spectrophotometer connected with a Polystat ther-
mostat constant circulator (25 ± 0.1oC). Two milliliters MATERIALS AND METHODS
of a bu?er (5 mM Hepes, 150 mM NaCl, pH 7.1) con-
taining DAU, DOX or MIT were placed in a quartz Chemicals
. All chemicals used in this work: cuve?e (1 cm light path) and titrated with 5–150 µL
ca?eine (1,2,3-trimethylxanthine, CAF), pentoxifyl-
of CAF, PTX (concentration 0.1 M) or TH (concen-
line (3,7-dimethyl-1-(5-oxohexyl)xanthine, PTX, tren-
tration 0.02 M) dissolved in the bu?er. The spectra
tal), theophylline (1,3-dimethylxanthine, TH), dau-
were measured at 0.5 nm intervals and stored on a
computer disk. The spectra were then corrected for
the absorption of the bu?er, CAF, PTX and TH, and
6,8,11-trihydroxy-1-methoxy-5,12-naphthacenedione, expressed in terms of the molar absorption coe?-
DAU), doxorubicin (14-hydroxydaunomycin, DOX), cient (??, M–1 · cm–1).
and mitoxantrone (1,4-dihydroxy-5,8-bis[[2-[(2-hydrCalculation of association constants.
oxyethyl)amino]ethyl]amino]-9,10-anthracenedi-one, tions of the association constants of DAU, DOX or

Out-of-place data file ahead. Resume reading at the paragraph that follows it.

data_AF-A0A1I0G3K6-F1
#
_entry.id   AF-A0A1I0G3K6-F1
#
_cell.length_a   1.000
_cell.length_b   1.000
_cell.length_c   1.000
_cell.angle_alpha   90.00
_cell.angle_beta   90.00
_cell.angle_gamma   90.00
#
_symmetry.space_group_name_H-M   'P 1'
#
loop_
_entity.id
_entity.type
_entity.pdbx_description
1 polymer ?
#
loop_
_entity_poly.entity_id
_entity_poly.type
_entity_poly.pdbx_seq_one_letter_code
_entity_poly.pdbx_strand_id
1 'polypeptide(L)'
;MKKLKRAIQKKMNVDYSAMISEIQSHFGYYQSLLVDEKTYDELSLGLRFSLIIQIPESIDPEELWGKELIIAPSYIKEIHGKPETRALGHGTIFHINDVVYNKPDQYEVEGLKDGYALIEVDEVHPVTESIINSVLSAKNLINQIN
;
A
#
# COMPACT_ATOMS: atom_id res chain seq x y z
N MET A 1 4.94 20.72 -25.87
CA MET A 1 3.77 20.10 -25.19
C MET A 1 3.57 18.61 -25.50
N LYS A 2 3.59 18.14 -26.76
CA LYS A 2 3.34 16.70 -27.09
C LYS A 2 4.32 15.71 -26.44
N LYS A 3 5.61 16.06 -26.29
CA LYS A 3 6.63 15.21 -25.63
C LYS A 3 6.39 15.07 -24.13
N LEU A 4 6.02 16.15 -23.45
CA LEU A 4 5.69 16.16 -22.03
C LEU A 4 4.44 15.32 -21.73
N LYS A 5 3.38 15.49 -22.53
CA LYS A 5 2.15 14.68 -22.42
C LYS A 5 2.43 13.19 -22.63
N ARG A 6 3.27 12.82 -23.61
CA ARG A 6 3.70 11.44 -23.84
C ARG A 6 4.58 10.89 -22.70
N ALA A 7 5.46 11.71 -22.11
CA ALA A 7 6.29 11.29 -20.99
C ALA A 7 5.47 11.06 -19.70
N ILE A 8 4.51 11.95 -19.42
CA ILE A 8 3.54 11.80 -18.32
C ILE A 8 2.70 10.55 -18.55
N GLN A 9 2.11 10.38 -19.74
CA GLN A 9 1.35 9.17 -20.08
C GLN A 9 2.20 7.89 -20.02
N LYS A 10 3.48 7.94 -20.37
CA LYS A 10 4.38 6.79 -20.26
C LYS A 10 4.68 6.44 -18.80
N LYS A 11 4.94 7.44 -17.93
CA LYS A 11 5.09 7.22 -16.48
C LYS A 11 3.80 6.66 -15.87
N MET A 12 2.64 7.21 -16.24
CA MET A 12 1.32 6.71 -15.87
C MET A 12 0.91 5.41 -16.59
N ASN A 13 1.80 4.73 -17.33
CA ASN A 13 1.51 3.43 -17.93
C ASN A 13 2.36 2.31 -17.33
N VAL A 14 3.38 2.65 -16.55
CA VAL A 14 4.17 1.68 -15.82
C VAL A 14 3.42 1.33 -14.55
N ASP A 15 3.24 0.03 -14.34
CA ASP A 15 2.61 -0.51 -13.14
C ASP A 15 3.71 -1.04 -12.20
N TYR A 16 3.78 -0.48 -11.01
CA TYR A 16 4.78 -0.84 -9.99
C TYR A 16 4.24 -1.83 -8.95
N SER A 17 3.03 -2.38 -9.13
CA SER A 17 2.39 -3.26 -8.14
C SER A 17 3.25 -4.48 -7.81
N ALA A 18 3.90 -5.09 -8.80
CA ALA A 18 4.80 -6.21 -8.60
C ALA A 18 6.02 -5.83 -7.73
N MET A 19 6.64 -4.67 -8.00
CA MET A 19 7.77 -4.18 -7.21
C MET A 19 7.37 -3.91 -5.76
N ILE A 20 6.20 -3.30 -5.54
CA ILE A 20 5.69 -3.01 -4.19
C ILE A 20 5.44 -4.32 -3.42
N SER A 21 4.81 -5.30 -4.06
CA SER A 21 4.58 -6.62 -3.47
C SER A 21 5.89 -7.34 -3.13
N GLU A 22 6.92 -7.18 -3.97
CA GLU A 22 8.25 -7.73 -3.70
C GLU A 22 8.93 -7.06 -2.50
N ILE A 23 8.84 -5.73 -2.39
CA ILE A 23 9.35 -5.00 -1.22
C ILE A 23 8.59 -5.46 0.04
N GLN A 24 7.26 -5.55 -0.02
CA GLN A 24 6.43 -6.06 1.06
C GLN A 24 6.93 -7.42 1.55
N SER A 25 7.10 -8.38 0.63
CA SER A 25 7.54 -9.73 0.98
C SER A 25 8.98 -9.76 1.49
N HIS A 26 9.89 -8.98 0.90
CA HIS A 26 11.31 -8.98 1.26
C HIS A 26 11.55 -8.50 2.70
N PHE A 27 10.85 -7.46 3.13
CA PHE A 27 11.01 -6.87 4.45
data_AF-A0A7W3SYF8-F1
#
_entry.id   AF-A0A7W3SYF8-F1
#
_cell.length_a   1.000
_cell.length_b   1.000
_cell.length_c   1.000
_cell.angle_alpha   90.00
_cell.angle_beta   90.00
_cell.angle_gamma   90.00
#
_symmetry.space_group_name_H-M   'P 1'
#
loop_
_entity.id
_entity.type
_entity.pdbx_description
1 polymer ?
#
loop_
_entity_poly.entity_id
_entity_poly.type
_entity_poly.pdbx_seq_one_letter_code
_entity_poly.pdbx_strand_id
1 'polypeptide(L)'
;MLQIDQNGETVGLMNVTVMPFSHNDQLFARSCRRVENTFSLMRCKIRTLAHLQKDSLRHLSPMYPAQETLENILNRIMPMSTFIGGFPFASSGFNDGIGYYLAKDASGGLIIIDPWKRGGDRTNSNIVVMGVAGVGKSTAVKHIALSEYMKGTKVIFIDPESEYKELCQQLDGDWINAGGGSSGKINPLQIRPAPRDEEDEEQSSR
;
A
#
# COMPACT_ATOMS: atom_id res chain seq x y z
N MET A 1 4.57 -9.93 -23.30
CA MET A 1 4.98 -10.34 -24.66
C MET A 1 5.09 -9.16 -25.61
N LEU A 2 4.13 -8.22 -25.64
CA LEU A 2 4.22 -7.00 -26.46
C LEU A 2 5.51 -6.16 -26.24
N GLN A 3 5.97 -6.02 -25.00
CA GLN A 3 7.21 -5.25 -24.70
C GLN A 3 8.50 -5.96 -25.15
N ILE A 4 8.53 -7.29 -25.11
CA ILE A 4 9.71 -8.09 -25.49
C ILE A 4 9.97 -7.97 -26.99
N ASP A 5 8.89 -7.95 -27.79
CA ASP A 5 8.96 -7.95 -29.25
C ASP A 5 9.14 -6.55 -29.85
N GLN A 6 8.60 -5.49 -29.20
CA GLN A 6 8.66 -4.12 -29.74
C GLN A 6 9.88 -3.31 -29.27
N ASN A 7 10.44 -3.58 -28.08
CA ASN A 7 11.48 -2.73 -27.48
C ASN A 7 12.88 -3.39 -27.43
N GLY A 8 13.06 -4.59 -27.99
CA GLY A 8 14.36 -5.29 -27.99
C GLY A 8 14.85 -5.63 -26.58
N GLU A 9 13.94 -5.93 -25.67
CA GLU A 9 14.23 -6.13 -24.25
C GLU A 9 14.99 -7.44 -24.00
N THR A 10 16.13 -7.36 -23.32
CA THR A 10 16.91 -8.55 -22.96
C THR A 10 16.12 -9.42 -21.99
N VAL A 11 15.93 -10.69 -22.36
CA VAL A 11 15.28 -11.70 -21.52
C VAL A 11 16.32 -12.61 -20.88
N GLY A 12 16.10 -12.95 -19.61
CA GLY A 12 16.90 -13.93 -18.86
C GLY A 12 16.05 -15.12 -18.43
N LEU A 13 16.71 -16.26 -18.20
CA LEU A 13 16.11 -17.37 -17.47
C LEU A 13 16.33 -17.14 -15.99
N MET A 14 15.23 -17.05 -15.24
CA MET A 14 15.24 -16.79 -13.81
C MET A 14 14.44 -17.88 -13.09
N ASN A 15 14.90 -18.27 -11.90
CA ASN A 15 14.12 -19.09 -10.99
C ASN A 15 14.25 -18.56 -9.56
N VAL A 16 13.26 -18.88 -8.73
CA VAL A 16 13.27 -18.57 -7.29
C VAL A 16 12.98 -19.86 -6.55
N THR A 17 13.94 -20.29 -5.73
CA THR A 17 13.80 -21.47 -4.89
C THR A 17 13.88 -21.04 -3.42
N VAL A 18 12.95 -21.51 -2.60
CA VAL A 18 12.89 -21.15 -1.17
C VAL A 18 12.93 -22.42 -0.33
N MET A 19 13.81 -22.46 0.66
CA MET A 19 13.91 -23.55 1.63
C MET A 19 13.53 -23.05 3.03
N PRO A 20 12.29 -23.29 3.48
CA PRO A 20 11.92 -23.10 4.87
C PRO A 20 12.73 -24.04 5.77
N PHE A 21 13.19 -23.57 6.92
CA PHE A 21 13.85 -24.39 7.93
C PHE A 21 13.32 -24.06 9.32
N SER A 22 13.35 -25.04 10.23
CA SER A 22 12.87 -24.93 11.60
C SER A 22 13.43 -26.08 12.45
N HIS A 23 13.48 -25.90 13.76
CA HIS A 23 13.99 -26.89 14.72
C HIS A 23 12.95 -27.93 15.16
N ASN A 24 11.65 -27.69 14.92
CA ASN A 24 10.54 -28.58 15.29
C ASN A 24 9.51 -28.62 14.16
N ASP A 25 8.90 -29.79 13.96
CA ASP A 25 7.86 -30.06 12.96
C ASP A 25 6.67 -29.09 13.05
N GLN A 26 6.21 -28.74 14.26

MIT) were purchased from Sigma-Aldrich. Their MIT with CAF, PTX and TH were accomplished us-
chemical structures are presented in Fig. 1.
ing statistical thermodynamics of mixed aggregation The Vibrio harveyi mutagenicity assay.
The (Kapuscinski & Kimmel, 1993; Zdunek et al.
assay was performed in liquid medium as described Kapuscinski et al.
, 2002; Piosik et al.
, 2002; 2003). The
previously (Czyz et al.
, 2000; 2002). Brie?y, Vibrio
notations and de?nitions described previously byharveyi
BB7 strain was cultivated in BOSS medium Weller and co-workers (1984) were employed.
(Klein et al.
, 1995) at 30oC. To exponentially grow-
ing cultures, indicated components were added and
cultivation was continued for 3 h. On the basis of RESULTS AND DISCUSSION